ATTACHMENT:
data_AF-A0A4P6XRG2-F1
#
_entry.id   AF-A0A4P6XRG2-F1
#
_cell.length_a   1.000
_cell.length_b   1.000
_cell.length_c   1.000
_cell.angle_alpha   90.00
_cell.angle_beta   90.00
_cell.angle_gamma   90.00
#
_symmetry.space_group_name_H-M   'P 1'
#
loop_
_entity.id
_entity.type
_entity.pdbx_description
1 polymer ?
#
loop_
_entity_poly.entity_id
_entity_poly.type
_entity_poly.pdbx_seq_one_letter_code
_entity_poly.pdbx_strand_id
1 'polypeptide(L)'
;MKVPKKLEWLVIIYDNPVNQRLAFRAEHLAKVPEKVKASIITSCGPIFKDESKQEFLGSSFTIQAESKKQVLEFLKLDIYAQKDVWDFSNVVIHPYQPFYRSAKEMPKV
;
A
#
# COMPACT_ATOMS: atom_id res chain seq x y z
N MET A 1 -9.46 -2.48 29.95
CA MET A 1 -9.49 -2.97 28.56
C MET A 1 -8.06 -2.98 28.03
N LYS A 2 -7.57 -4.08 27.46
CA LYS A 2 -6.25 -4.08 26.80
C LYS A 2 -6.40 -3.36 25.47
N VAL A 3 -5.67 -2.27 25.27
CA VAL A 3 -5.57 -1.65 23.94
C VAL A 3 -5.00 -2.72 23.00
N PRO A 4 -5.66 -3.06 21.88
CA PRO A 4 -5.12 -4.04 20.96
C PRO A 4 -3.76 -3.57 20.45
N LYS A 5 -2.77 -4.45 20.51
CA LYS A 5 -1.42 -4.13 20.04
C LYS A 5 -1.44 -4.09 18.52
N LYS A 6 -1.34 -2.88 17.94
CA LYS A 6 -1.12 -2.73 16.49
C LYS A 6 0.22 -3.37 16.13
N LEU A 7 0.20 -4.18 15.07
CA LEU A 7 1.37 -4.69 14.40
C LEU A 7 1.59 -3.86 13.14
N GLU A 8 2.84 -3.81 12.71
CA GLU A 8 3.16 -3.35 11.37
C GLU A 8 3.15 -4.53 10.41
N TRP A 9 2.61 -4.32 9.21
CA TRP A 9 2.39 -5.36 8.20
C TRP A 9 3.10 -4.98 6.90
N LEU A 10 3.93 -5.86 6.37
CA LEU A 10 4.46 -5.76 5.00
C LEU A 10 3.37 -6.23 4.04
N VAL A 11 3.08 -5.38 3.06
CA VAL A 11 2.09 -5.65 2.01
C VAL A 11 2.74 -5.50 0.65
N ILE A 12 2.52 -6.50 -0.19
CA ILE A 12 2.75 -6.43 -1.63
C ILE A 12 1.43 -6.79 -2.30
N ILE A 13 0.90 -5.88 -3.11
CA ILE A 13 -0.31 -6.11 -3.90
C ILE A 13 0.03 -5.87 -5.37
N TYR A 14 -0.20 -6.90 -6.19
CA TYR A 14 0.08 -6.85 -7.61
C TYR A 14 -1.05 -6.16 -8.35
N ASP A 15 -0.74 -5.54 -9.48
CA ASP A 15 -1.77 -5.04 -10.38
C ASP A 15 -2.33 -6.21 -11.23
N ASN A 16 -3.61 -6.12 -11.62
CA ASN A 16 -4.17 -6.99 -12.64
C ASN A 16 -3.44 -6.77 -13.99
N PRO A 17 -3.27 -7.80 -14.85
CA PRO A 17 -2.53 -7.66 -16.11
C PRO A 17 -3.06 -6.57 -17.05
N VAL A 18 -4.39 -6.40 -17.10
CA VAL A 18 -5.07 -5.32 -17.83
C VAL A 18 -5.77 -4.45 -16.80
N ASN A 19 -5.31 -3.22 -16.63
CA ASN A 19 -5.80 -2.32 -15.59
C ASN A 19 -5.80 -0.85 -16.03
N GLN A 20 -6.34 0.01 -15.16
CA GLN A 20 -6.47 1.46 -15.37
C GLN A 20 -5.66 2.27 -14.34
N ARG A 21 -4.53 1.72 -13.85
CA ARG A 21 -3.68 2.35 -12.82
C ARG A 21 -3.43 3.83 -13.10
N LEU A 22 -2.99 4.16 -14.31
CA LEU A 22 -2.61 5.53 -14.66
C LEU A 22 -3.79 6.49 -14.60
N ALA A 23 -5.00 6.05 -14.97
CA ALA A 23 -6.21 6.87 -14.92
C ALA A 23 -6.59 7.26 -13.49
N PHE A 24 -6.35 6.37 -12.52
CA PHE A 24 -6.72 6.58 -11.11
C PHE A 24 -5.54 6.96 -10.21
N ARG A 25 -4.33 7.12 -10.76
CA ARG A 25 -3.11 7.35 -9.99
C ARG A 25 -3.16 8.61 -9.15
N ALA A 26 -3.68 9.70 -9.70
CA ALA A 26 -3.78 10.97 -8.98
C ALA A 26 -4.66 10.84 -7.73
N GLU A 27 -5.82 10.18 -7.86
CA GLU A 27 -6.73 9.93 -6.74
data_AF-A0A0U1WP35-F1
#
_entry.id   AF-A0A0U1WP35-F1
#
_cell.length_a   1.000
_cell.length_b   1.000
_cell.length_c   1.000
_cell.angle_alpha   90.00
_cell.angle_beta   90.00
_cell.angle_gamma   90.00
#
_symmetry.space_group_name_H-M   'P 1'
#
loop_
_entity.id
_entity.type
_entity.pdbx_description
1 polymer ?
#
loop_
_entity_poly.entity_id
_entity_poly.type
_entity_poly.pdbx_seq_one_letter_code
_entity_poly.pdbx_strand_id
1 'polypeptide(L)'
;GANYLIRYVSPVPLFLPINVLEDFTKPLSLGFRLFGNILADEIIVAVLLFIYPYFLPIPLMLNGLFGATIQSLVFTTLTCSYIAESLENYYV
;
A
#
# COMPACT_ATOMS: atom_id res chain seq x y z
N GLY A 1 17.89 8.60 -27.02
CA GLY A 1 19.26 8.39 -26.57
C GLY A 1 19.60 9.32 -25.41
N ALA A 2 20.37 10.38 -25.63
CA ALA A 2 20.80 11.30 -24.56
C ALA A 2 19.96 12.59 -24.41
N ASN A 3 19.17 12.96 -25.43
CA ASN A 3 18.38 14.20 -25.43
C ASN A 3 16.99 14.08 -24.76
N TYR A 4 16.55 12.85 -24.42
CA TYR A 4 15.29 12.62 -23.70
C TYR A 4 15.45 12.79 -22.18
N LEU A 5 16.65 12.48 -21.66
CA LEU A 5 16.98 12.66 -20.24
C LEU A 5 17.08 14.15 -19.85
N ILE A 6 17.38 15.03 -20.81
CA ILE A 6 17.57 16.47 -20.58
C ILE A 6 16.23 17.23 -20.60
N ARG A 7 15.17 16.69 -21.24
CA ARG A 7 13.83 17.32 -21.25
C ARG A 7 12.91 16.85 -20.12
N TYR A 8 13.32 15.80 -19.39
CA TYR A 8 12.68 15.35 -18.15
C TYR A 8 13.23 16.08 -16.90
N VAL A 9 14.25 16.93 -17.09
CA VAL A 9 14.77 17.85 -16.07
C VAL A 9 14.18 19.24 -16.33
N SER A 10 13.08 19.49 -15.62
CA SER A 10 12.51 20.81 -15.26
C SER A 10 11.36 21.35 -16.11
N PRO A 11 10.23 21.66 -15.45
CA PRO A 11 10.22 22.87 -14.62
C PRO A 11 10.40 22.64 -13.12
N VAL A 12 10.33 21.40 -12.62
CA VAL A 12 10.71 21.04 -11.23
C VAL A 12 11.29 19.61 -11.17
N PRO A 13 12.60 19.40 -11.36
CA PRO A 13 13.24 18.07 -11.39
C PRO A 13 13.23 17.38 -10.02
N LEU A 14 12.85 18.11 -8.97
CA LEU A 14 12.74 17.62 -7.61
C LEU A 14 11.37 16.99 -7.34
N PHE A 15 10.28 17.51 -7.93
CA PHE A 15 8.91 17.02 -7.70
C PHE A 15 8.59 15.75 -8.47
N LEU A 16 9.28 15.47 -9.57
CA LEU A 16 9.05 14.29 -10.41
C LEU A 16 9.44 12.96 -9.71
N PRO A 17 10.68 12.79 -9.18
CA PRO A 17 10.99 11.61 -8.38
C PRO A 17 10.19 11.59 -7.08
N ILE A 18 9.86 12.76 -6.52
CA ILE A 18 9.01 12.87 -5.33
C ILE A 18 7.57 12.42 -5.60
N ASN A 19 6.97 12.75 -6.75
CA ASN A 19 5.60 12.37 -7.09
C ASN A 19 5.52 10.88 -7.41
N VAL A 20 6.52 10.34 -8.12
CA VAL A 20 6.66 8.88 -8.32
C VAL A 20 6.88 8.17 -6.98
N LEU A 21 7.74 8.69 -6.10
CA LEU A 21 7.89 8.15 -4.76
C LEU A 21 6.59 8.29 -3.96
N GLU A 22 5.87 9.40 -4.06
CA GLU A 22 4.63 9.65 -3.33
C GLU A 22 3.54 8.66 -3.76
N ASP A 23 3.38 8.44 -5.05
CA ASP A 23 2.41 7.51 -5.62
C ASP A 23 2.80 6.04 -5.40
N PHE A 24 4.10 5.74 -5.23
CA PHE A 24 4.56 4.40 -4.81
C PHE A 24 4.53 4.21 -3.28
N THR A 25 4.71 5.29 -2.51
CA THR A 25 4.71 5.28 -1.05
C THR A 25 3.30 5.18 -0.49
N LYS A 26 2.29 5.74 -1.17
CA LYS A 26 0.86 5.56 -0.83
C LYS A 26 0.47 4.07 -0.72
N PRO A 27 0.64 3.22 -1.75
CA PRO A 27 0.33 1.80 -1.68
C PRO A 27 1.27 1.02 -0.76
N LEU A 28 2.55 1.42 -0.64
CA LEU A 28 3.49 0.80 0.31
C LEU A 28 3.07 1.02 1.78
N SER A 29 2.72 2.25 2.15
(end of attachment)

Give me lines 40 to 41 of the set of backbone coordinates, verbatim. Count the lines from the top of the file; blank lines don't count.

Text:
N PRO A 4 -5.66 -3.06 21.88
CA PRO A 4 -5.12 -4.04 20.96